Your application must be sponsored by an eligible near relative and you must meet health & character requirements. Based on the criteria it can be a difficult visa to be eligible for and for those that are, there are further issues as the this visa is also capped in numbers.
In fact in in 2011 there was a reduction in the number of places available of 70 per cent. Since this time the number of places has dropped again, including the current financial year of 2015-16. This is exacerbated by the fact it also competed for places with other visas, not detailed here, such as Carer Visas and Aged Dependent visas.

Considering some of the information outlined above there are a few key takeaways. Firstly, the level of difficulty in applying for one of these visas doesn’t always depend on your personal circumstances and your ability to provide the evidence and documentation required to meet the criteria.
Secondly, you need to be patient and organised. Delays will likely occur in some circumstances and you need to be wary of these.
Finally, planning your visa application and for the visa process itself, is more important than ever. This may mean that you bring forward the timing of the visas, or it may mean that you consider where you are when you apply, be it in Australia or outside Australia.
Then there are the associated matters of moving – schools, housing, employment…. The list goes on. At the very least, keeping on eye on what is happening, or appointing a qualified person to do that for you is more important than ever.

Mark Welch is a registered migration agent and director of Cargil Migration, which provide Australian immigration services to Australia from the UK. For more information visit .

What our clients say about us …..

We love receiving feedback about our Australian immigration services. Below is a selection of some of these.

Mark, Skilled Migration, Cambridge

I just wanted to mention we used Mark and he was fantastic. He guided us through the processes very efficiently, via email and phone and reassured us every step of the way. We started on 26th December and we delayed it on purpose for a few months during spring as we thought we may need to give ourselves more time, he happily helped us with when to delay, then when things changed and we wanted to get everything done ASAP he immediately helped us get everything in immediately.

If anyone is looking for an agent, do get in touch with him. I was very happy with his service.

Jaclyn, Skilled Migration, Edinburgh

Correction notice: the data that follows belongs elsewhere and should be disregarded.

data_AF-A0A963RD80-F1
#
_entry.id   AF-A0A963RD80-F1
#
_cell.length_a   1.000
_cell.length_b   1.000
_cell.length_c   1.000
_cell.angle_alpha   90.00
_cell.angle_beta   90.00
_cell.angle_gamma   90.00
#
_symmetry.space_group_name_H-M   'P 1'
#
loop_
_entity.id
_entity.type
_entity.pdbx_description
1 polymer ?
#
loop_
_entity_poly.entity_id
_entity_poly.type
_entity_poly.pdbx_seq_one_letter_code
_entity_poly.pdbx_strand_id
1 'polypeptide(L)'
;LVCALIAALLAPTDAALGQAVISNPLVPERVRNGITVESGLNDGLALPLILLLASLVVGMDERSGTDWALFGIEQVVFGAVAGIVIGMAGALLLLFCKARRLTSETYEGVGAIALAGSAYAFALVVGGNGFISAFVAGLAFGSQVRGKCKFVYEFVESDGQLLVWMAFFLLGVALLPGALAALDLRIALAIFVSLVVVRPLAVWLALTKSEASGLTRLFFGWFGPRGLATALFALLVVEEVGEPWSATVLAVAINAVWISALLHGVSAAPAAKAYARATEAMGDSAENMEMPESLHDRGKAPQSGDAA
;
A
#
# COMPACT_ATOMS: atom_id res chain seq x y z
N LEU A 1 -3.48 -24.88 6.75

I would like to have the opportunity to say how impressed I am with the service you have provided. As I said, I have no doubt that the whole process ran smoothly and that my application was able to progress as efficiently as it did because of all the work that you put into it.

I would also like to thank you for your ongoing, very prompt communication which led to me feeling really well informed of what was happening and what would happen next, as well as being provided with very clear guidance and support from you. I found that it reduced a level of stress from the whole process, for which I am especially thankful and I know Justin would also pass on his thanks – as it also helped him to know that I wasn’t struggling through it all on my own.

I am sure that I will end up contacting you again in the future and I would not hesitate to recommend your company – I found your professionalism and genuine helpfulness a great assistance throughout it all. It is definitely an exciting new chapter!

Paul, Skilled Migration, Glasgow

Mark was invaluable during my successful visa application. He provided clear guidance throughout the process, which I’m sure would have taken me much longer on my own.

Sean, Partner Migration, Brisbane

When faced with the challenge of my British partner and unborn child having to leave Australia, and uncertainty over visa eligibility Mark came to the rescue, explaining, simplifying and guiding us through each step, making a daunting process stressless. Mark made sure our application had the best chance possible and our visa was approved without any delays. We couldn’t have hoped for a better outcome and would not hesitate to recommend Mark, for any immigration services. Thank-you Mark for helping keep our family together.

Barry, Business Migration, Edinburgh & Melbourne

For more information.. click here

Professor John Shields, The University of Sydney Business School

“Re: Appreciation for your support for the Business School’s educational mission…International Dimensions of Human Resource Management”

University of Sydney acknowledgement letter

To discuss how we can assist you, please Contact Us.

Where your Australian journey starts…

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Cargil Migration Services

Cargil Migration services

Australian immigration services


With over a decade of experience, providing Australian immigration services from both within Australia and in the UK and Europe, we have your bases covered.

We specialise in assisting individuals, families, investors, and businesses obtain visas for Australia. Please get in touch if you want to discuss:

  • Studying in Australia
  • Business & Investor Migration
  • Partner & Family Migration
  • Skilled Migration
  • Employer Sponsored Migration
  • Parent Migration
  • Your long term pathway to Australia


Mark Welch, Director

Email:, Phone: 07710 649 194


Migration Agents Registration Number

Mark Welch – Australian Registered Migration Agent